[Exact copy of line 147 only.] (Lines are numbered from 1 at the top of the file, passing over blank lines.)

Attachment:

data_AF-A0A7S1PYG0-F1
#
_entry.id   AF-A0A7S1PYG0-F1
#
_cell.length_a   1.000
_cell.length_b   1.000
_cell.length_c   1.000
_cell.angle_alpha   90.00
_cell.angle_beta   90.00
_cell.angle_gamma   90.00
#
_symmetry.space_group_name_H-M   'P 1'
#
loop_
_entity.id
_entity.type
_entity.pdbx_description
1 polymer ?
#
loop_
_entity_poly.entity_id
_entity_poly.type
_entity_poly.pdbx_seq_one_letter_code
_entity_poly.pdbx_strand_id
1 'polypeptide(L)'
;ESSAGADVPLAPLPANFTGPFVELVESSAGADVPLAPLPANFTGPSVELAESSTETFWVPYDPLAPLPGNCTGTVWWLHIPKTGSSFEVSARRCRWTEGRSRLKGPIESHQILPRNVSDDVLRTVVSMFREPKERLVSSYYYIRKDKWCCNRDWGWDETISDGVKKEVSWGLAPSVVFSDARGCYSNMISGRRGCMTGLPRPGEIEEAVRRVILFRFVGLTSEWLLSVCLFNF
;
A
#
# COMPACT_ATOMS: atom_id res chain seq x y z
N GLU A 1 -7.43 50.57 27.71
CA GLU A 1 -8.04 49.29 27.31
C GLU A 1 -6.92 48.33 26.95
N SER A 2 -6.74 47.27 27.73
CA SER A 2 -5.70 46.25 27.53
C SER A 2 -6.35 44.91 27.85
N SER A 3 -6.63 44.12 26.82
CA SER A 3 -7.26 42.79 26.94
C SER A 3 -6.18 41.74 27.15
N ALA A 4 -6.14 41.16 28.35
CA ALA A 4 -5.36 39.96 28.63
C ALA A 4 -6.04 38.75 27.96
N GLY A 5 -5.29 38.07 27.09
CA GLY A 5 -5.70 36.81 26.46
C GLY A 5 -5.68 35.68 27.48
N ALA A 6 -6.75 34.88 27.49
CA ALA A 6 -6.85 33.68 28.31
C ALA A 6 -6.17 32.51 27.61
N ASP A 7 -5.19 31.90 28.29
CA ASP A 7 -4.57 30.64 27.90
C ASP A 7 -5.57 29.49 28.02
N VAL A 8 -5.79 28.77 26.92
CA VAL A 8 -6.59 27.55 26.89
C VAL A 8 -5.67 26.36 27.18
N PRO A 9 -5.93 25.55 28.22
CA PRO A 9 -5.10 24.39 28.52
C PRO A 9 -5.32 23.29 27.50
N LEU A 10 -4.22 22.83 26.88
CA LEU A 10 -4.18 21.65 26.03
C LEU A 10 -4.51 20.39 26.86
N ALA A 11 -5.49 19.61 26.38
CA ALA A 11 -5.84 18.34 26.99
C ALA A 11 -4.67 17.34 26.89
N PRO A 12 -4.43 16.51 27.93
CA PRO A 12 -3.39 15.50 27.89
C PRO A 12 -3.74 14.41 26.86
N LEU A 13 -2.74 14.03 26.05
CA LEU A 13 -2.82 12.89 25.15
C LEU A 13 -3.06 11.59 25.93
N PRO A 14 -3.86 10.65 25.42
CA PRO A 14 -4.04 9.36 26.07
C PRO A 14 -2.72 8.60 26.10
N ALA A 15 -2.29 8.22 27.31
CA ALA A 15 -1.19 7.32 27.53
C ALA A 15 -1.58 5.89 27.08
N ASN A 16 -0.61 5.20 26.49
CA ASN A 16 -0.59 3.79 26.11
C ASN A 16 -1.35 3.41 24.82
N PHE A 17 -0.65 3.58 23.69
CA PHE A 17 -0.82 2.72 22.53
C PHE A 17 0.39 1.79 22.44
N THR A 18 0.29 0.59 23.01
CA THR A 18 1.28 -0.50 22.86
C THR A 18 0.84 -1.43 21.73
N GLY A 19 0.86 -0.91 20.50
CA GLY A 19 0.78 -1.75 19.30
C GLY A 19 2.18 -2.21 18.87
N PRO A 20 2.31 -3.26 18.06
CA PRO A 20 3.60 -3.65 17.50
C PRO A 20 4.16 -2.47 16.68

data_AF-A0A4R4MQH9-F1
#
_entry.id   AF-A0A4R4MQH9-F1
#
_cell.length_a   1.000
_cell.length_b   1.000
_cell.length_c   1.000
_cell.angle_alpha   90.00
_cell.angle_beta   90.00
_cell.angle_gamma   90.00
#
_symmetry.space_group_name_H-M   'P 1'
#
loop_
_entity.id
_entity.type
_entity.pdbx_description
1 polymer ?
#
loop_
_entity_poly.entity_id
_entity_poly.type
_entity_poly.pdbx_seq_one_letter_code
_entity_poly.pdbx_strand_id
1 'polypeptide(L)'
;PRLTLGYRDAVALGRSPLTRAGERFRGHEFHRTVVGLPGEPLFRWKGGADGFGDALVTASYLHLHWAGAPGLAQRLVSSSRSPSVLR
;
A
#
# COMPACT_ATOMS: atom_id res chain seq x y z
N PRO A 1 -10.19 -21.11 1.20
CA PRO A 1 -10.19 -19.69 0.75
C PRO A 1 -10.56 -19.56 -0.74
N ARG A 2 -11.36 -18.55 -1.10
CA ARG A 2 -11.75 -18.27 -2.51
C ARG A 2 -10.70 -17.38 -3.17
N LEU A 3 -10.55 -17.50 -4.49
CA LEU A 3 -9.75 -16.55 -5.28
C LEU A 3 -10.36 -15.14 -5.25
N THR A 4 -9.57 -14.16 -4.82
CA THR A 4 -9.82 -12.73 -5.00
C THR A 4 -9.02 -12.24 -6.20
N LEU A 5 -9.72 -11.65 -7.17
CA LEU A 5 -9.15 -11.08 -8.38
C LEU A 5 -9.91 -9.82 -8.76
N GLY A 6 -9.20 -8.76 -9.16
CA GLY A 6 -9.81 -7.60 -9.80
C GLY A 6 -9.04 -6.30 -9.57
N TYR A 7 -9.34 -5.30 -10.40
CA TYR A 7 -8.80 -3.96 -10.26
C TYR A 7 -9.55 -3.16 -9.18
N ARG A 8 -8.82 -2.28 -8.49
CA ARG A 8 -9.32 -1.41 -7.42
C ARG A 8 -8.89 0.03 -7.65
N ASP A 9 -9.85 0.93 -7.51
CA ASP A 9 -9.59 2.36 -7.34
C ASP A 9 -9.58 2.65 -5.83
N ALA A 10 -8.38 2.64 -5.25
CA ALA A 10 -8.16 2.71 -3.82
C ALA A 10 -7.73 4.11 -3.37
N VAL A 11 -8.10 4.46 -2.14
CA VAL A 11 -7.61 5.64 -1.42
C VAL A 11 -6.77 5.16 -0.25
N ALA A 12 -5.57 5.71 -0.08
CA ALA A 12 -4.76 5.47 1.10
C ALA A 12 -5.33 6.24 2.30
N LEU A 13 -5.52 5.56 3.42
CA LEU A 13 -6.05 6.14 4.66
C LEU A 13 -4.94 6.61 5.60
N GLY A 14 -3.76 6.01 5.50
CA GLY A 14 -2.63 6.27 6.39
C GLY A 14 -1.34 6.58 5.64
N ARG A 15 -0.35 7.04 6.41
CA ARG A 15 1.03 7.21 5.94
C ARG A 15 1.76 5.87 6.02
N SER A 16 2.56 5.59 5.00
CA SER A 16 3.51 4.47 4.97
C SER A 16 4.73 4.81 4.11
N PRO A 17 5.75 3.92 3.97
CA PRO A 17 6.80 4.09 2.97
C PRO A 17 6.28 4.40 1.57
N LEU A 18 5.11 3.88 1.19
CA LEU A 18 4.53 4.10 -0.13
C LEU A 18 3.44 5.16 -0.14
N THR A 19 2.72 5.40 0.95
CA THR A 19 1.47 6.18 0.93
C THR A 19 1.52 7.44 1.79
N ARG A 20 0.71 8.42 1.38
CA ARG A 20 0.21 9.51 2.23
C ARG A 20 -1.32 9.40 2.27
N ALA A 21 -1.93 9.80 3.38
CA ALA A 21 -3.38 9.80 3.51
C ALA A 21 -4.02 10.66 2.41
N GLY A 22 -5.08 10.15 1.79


C ASP A 9 -9.58 2.65 -5.83